Uber's Self-Driving Cars Leave Hometown for Warmer, and Friendlier Climates

California's loss is Arizona's gain. That's how Arizona Gov. Doug Ducey see's Uber's decision on Thursday to haul their fleet of self-driving Volvos from San Francisco to Arizona after the company refused to secure the necessary operating permits.

3 minute read

December 27, 2016, 6:00 AM PST

By Irvin Dawid

"Uber is moving its self-driving pilot project to Arizona, one day after the California Department of Motor Vehicles ordered the autonomous vehicles off the roads in San Francisco," reports Trisha Thadani for the San Francisco Chronicle. 

A week earlier, the DMV had sent Uber a letter ordering the transportation network company to cease operation of its self-driving cars until it complies with regulations, meaning it had to secure an autonomous vehicle testing permit. The state Attorney General's office chimed in as well.

In the above KTVU news broadcast, former Chronicle columnist Chuck Nevis speculates why Uber chose not to comply with DMV's order to properly register the vehicles, and ponders the effect the move will have on San Francisco and Oakland, where it is based and expanding to, respectively.

"It seems strange, doesn't it, because the city said all you have to do is buy a permit; we'll give it to you in 72 hours, and you are in business," Nevius tells Ted Rowlands of KTVU. "But I think the deeper issue was that Uber didn't want to share the data that would be gathered."

Nevius indicates that there would need to be an incident report for when the driverless car went through the redlight, "and you saw the uproar that caused." Rowlands adds, "Uber went up against the SF Bike Coalition — not a good deal — might as well go up against the mob," referring to the group's political strength.

Uber's Vice President of Engineering, Anthony Levandowski, provided this statement to explain why they refused to secure the permits the DMV required for their autonomous vehicles.

California's loss is Arizona's gain?

A 19-photo slide gallery in the article shows the automated vehicles loaded on a flatbed truck for their journey to Arizona. While the destination city wasn't known, the cars were reported to have been seen in Phoenix.

“Phoenix is excited to be an Uber-friendly city, and we are excited that they are expanding here,” said Robbie Sherwood, a spokesman for the Phoenix mayor’s office.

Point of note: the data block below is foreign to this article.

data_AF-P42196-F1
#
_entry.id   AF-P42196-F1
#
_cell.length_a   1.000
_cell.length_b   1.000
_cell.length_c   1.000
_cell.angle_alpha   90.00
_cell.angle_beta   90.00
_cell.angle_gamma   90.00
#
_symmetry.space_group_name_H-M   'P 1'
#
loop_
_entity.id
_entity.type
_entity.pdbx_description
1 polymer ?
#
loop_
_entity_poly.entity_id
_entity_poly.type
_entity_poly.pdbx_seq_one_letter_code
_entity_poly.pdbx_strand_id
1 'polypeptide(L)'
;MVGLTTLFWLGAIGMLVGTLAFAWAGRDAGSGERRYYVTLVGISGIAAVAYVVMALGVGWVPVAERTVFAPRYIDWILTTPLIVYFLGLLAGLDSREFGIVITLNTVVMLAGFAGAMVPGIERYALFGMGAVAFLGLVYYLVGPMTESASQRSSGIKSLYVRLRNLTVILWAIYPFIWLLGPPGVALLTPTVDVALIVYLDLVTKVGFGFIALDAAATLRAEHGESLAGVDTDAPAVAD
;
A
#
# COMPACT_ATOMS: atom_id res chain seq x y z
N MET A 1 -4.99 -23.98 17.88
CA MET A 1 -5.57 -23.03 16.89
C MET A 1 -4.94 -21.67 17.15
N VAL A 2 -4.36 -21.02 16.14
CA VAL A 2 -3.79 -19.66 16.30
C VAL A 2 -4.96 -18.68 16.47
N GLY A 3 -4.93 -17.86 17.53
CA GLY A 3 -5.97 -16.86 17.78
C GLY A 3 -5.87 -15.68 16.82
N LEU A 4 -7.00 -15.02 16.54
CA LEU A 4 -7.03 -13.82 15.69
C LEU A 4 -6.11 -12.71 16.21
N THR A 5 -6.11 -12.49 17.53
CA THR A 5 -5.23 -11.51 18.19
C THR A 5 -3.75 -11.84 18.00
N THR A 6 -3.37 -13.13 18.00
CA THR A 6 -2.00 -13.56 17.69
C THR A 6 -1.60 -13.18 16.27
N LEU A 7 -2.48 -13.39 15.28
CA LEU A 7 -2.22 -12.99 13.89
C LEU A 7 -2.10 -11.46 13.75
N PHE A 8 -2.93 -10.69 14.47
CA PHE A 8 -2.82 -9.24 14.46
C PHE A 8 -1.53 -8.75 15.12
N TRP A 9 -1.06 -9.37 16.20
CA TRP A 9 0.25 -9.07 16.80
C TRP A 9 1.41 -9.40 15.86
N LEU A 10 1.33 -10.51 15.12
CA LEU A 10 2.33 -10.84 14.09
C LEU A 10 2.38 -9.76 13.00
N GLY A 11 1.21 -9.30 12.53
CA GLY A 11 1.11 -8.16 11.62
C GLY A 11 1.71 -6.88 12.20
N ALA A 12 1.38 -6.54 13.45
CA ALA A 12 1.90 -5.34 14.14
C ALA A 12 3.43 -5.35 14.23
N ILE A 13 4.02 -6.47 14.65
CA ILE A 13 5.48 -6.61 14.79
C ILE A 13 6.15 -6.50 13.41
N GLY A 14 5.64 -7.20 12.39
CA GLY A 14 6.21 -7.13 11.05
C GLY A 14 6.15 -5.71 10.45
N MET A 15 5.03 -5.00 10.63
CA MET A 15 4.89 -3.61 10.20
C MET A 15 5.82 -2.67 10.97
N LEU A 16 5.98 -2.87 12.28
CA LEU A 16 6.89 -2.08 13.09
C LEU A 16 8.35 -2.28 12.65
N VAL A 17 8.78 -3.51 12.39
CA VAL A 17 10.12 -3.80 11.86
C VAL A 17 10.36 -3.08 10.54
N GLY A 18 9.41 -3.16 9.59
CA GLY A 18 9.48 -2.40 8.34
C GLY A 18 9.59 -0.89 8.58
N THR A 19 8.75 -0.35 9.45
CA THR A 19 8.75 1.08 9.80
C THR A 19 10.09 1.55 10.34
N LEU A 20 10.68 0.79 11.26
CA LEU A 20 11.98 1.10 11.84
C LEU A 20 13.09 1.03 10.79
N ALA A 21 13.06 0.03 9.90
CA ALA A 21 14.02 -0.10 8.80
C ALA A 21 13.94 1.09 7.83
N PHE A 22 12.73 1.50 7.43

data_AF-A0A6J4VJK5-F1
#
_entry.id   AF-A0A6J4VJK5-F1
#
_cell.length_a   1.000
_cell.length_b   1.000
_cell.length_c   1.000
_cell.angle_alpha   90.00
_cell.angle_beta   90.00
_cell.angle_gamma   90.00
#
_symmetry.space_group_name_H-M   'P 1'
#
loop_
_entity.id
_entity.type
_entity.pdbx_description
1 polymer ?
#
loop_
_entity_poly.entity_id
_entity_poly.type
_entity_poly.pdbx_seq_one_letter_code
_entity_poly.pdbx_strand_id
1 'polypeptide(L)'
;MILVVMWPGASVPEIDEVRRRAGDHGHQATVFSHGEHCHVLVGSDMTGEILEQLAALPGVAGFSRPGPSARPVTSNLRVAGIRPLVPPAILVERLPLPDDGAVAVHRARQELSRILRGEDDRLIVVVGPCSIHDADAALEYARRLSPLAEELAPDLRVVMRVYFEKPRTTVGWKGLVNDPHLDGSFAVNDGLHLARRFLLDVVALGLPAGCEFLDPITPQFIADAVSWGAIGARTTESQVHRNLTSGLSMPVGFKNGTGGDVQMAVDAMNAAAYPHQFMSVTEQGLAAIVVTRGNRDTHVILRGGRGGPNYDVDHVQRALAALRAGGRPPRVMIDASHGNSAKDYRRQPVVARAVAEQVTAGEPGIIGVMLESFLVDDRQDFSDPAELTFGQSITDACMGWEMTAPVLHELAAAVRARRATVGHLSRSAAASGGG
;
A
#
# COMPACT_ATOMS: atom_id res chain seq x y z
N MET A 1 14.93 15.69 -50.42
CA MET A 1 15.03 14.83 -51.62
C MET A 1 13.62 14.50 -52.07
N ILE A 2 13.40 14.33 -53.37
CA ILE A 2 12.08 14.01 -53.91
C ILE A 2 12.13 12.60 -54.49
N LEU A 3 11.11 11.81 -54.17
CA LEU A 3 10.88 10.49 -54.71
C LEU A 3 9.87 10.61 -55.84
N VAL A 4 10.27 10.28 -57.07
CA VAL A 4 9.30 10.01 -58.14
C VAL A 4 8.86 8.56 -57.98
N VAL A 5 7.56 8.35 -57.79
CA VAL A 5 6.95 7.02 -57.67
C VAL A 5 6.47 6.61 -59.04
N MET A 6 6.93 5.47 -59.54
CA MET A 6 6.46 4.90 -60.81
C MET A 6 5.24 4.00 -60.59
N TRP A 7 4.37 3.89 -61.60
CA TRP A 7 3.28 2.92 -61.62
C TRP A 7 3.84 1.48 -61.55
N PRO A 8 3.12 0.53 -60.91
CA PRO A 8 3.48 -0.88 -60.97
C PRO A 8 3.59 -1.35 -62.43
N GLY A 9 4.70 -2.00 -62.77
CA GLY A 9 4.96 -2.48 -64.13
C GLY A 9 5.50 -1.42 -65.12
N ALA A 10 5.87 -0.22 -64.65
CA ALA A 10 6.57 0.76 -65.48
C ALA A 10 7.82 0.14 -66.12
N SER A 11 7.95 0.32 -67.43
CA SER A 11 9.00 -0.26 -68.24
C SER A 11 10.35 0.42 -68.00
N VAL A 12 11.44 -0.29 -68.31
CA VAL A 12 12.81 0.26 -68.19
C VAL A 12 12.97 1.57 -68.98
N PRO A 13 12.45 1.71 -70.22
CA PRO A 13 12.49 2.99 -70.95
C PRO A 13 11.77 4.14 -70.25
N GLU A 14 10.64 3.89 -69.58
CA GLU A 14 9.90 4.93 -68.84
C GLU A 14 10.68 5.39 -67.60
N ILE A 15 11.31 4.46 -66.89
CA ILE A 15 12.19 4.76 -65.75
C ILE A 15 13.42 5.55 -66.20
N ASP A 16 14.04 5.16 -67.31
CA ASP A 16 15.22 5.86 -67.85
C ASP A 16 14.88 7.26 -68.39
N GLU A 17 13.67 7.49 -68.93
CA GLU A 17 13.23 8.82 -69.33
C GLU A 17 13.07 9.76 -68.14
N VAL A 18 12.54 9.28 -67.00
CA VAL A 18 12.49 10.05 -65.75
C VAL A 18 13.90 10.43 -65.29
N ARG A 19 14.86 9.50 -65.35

"In a statement Thursday, Arizona Gov. Doug Ducey called California’s regulations burdensome and said Arizona welcomes Uber’s self-driving car test with 'open arms,'" adds Thadani.

“While California puts the brakes on innovation and change with more bureaucracy and more regulation, Arizona is paving the way for new technology and new businesses,” he said.

No special regulations for autonomous vehicles in Arizona.

Ducey signed an executive order in 2015 that supports the testing and operation of self-driving cars in Arizona. Google began testing its autonomous cars in several cities there this year.

For self-driving vehicles in Arizona, “there are no special permits or licensing required,” according to the state’s Department of Transportation. “In Arizona, autonomous vehicles have the same registration requirements as any other vehicle, and nothing in state law prevents testing autonomous vehicles.”

Academic relationships forged, as Uber did in Pittsburgh.

"Uber said last year that Tucson and the University of Arizona will become “the next home to our Uber mapping test vehicles.”

Uber's relationship with Carnegie Mellon University in Pittsburgh, where Uber first began testing of self-driving vehicles in September, turned out to be stormy. It "partnered with one of the most advanced university robotics labs in the US last year—only to immediately poach a third of its top scientists and its director," writes Jordan Pearson for Motherboard. 

Speaking of regulations....

This isn't the first time the Grand Canyon State and the Golden State have found themselves on opposite sides of regulation of an industry. A year after California made history by banning the single-use disposable bag (and voters upheld the ban in a referendum in November, bankrolled by the plastics industry), Gov. Ducey signed a bill that outlawed local governments from banning single-use plastic bags


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